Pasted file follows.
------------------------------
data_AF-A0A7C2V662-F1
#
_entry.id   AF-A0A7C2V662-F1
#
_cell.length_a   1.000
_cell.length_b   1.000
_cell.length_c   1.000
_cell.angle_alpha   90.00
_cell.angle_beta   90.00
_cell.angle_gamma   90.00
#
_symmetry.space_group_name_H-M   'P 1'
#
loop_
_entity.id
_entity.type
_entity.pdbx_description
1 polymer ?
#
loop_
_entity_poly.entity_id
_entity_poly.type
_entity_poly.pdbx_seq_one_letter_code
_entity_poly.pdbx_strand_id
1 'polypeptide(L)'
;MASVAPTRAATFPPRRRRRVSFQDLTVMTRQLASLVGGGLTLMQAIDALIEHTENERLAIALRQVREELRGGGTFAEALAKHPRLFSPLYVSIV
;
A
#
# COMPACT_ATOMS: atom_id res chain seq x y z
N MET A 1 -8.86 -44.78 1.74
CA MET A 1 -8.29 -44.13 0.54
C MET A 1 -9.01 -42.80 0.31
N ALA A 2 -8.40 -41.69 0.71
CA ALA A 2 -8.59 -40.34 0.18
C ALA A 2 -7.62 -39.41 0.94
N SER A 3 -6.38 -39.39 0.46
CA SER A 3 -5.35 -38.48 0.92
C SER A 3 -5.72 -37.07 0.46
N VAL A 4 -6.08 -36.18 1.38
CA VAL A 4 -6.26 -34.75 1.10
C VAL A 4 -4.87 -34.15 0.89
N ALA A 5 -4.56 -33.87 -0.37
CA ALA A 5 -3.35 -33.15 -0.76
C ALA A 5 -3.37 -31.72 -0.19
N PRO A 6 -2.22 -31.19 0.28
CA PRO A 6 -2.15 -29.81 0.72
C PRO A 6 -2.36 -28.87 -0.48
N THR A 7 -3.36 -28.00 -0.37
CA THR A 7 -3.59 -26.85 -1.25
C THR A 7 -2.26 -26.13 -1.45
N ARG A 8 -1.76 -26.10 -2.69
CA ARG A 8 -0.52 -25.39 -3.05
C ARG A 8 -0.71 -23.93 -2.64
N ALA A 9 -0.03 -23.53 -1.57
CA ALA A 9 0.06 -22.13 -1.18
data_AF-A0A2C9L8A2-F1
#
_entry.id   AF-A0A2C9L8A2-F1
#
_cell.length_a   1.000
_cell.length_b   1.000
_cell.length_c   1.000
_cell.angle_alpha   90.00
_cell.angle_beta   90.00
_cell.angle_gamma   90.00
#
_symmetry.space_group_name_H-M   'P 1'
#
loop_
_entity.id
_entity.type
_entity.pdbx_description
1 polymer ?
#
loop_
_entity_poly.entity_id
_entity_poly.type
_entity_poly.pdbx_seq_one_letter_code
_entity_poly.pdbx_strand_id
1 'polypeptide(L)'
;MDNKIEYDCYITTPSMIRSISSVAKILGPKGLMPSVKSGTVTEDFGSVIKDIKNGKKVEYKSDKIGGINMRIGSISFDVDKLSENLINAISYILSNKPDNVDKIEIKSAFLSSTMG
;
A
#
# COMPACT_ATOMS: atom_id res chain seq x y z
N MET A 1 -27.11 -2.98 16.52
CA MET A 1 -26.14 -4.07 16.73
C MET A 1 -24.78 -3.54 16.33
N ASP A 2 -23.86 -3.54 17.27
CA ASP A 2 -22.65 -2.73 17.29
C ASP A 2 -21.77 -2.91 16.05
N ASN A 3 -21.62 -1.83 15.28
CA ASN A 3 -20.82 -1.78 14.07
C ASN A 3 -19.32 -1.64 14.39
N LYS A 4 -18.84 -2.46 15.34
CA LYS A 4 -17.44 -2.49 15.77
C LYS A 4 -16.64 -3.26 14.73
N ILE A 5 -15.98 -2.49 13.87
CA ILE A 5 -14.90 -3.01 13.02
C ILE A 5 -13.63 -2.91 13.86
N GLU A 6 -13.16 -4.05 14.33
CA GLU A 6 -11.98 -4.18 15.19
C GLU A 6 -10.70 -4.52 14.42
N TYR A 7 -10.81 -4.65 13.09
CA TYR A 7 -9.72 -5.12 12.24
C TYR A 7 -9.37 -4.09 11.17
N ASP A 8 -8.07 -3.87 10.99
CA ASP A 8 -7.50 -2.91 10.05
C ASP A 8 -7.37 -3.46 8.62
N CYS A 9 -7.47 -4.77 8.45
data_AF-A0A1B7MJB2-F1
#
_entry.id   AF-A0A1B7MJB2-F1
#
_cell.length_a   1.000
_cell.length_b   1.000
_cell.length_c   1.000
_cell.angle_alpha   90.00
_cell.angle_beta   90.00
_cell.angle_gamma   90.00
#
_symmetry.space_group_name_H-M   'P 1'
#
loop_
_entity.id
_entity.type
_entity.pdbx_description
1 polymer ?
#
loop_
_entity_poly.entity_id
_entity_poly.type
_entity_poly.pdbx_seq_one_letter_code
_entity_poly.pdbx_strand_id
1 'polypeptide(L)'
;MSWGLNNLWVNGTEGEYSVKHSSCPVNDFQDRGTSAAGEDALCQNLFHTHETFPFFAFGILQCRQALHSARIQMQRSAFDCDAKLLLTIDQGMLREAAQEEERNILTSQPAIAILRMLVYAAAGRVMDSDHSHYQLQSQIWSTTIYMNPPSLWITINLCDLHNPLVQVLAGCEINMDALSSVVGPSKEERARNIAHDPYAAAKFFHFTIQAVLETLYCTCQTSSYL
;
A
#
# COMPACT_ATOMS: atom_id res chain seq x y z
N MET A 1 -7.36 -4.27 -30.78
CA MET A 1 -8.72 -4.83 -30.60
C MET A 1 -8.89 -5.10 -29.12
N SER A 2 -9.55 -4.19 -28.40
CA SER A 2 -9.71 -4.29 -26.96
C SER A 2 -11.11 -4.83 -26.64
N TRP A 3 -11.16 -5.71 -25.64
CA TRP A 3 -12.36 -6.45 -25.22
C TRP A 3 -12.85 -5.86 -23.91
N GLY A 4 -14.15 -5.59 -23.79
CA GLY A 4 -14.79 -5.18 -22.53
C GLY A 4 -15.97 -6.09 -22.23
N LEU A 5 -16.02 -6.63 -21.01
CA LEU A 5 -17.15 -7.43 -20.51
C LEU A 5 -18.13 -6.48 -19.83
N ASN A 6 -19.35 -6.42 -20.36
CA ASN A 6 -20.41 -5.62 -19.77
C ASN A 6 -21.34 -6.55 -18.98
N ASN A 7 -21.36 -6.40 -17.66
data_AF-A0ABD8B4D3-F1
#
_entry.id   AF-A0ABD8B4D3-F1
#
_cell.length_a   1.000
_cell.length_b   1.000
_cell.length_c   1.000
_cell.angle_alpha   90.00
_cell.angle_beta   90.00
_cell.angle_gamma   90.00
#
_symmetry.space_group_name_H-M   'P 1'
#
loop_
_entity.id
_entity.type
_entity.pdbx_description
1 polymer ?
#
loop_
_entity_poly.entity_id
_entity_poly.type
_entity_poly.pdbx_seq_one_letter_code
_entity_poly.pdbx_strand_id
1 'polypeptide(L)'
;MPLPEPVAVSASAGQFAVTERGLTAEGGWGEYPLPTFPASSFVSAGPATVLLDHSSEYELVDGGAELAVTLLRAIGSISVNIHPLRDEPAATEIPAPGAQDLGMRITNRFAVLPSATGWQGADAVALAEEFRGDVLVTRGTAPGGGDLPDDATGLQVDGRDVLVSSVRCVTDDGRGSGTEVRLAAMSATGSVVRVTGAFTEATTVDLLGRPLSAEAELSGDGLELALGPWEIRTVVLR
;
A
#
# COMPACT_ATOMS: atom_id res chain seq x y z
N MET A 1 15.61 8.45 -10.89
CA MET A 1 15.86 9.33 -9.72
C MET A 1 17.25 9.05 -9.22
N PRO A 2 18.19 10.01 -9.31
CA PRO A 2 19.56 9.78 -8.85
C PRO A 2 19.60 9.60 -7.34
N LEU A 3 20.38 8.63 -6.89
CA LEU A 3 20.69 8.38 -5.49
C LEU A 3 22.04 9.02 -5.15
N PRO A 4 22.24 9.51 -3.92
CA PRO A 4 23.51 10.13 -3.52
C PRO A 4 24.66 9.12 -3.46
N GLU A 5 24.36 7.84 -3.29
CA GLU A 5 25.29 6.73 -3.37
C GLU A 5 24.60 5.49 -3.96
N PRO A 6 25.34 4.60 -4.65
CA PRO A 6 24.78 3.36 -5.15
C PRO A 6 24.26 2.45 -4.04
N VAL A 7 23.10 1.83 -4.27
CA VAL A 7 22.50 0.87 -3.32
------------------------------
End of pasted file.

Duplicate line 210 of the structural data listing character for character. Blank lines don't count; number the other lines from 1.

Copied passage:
CA VAL A 7 22.50 0.87 -3.32